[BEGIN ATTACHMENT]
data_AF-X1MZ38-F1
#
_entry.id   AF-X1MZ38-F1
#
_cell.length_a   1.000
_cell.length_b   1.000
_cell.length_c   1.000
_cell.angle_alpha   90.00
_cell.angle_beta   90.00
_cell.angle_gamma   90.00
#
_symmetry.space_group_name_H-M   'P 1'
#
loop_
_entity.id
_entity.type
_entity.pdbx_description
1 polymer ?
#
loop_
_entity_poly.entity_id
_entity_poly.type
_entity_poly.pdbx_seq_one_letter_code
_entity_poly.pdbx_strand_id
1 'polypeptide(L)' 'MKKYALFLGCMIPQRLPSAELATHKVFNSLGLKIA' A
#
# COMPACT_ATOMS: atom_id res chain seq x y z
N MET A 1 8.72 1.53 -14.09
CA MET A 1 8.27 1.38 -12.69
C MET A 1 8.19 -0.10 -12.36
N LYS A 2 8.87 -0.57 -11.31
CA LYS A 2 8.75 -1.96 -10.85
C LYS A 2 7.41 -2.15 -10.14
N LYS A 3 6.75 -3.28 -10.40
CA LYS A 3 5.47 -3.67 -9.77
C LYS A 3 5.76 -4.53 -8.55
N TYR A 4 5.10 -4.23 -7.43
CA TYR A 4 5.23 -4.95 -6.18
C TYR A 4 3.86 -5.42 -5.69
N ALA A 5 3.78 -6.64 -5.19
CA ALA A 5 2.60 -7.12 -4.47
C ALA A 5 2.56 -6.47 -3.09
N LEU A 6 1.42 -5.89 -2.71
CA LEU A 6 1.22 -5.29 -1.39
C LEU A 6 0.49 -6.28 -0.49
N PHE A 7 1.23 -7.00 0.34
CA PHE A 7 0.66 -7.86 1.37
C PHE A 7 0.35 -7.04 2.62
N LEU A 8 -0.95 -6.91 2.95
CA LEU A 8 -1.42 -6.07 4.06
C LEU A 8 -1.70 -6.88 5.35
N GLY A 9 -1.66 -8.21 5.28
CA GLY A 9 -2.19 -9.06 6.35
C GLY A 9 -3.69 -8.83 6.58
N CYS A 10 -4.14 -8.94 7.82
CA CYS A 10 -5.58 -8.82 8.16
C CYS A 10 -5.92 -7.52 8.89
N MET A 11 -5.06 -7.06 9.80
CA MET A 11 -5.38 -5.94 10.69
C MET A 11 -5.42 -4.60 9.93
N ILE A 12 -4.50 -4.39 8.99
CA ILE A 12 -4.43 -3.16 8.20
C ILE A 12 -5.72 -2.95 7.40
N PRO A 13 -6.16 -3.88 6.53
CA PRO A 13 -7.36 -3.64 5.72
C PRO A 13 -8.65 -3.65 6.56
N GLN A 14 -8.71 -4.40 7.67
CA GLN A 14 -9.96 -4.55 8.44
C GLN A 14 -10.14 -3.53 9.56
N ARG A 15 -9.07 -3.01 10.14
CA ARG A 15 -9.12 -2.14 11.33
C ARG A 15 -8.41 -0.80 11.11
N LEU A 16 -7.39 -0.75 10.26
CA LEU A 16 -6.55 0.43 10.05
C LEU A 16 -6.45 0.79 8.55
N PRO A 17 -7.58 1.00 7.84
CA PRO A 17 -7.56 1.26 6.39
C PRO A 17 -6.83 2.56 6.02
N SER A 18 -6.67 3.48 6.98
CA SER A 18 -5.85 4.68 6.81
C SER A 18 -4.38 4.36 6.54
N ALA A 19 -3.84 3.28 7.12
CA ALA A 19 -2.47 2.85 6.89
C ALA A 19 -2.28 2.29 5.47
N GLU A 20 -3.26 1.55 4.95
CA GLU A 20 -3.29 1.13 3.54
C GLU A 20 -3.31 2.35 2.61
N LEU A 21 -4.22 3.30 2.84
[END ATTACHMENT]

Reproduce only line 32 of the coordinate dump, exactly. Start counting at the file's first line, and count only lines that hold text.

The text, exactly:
CA LYS A 2 8.75 -1.96 -10.85